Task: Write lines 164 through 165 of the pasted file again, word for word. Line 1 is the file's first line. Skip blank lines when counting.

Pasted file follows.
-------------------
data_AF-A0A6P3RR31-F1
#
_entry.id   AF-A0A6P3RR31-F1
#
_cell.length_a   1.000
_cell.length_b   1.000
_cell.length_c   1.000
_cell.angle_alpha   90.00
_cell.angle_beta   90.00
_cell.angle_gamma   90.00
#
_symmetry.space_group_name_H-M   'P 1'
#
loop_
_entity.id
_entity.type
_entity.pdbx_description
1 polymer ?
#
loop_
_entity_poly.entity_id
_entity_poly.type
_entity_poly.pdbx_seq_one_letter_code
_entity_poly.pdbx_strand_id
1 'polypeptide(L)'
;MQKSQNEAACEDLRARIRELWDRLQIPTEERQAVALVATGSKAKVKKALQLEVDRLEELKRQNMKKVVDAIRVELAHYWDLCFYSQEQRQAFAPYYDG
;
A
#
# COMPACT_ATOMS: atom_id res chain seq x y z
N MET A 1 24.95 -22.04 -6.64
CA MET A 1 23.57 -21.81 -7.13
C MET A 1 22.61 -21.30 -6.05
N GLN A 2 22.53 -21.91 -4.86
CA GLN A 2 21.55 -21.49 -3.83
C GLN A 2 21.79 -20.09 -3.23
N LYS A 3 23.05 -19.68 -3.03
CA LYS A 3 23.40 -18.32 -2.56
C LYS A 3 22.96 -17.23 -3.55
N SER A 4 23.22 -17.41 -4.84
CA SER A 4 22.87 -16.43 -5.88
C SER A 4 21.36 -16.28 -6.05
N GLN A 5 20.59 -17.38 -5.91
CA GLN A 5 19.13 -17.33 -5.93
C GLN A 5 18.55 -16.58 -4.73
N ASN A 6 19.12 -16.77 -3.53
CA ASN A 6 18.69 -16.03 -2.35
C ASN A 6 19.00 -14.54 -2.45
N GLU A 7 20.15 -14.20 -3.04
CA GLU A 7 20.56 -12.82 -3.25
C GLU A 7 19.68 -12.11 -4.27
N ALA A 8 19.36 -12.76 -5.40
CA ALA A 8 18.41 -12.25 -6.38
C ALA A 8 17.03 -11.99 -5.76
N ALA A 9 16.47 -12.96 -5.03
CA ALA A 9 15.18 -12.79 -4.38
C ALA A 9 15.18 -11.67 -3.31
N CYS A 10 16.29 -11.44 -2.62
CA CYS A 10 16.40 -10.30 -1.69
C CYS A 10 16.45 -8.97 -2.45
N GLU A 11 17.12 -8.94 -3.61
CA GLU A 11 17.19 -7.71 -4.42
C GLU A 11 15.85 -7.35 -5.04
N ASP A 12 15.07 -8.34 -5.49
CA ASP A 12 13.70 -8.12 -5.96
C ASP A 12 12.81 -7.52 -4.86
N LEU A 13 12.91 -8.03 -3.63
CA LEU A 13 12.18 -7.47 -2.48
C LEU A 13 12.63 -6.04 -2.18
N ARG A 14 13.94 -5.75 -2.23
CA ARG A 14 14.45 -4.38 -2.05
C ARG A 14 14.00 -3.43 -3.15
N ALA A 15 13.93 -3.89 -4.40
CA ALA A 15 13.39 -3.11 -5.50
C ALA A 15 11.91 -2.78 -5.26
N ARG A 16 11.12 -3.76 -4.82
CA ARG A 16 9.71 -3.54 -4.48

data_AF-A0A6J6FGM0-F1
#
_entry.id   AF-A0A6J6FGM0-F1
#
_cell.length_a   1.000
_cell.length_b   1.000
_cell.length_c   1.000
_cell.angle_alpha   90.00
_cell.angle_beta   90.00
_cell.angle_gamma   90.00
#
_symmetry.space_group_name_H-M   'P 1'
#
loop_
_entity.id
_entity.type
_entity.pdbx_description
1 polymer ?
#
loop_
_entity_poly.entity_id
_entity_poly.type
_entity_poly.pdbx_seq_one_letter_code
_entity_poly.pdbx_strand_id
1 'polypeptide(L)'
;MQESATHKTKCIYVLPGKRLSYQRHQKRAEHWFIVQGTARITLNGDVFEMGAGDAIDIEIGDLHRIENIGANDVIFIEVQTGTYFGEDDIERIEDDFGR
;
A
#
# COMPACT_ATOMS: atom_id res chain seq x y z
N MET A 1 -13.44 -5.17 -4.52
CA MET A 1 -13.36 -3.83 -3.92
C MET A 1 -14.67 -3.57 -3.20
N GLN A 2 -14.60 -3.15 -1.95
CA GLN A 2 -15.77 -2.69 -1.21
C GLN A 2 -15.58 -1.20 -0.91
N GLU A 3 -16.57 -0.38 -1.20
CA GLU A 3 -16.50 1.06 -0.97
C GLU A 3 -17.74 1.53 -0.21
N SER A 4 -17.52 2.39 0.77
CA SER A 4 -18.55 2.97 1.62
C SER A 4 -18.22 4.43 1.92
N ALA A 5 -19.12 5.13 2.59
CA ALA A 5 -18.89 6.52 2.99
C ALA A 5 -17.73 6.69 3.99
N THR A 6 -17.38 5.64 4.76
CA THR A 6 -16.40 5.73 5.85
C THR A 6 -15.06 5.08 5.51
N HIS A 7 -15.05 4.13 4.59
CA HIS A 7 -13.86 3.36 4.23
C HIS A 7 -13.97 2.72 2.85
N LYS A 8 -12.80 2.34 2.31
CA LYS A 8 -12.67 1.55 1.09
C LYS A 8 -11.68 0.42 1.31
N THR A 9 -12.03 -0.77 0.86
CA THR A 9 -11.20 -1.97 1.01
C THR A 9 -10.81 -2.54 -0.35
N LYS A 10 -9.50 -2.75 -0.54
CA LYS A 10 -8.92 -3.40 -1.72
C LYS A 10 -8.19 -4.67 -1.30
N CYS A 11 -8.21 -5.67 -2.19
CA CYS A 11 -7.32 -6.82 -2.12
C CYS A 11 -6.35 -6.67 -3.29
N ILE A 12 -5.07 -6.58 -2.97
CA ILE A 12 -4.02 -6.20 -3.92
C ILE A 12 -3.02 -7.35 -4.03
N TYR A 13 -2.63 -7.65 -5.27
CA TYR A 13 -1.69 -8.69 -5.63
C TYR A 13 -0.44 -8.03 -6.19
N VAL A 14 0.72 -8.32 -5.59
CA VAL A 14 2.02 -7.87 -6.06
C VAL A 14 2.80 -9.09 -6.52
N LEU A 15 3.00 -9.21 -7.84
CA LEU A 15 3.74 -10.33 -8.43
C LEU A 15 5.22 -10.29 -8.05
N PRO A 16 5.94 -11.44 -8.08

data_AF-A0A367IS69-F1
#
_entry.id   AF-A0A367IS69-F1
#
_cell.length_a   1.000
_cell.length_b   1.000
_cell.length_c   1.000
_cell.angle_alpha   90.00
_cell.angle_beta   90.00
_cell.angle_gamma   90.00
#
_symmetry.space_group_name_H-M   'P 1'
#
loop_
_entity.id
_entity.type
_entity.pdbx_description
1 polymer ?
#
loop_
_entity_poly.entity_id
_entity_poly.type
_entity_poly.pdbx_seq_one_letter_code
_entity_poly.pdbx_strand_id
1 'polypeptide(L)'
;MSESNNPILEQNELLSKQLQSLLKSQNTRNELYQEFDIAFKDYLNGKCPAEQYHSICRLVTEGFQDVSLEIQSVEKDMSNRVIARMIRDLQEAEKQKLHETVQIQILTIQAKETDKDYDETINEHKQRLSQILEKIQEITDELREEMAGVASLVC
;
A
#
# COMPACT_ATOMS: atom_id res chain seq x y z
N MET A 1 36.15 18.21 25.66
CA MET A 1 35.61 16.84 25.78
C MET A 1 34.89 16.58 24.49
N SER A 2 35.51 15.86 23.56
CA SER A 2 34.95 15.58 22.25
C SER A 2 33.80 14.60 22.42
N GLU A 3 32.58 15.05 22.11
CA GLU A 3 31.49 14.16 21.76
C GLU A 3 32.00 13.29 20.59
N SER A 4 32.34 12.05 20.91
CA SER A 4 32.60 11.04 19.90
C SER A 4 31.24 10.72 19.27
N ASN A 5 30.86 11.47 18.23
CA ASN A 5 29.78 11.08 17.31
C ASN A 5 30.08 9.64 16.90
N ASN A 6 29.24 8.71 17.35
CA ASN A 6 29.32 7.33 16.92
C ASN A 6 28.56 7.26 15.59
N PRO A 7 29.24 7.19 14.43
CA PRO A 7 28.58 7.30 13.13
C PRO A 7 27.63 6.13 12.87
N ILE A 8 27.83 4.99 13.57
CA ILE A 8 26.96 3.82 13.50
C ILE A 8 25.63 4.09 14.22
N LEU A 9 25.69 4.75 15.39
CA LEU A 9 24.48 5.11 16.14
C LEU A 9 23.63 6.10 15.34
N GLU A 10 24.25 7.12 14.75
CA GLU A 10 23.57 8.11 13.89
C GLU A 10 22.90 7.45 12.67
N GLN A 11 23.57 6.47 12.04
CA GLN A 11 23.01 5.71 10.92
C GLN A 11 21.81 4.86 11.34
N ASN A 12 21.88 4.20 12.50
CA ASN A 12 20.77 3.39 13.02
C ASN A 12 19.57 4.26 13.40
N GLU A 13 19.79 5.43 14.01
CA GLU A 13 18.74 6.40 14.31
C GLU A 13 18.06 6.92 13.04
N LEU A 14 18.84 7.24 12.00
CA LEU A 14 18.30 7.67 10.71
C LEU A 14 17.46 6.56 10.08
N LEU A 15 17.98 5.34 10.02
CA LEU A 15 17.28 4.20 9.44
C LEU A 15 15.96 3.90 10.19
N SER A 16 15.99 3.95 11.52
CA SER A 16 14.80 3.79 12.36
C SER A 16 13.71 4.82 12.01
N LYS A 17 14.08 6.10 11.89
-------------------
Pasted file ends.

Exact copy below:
#
_symmetry.space_group_name_H-M   'P 1'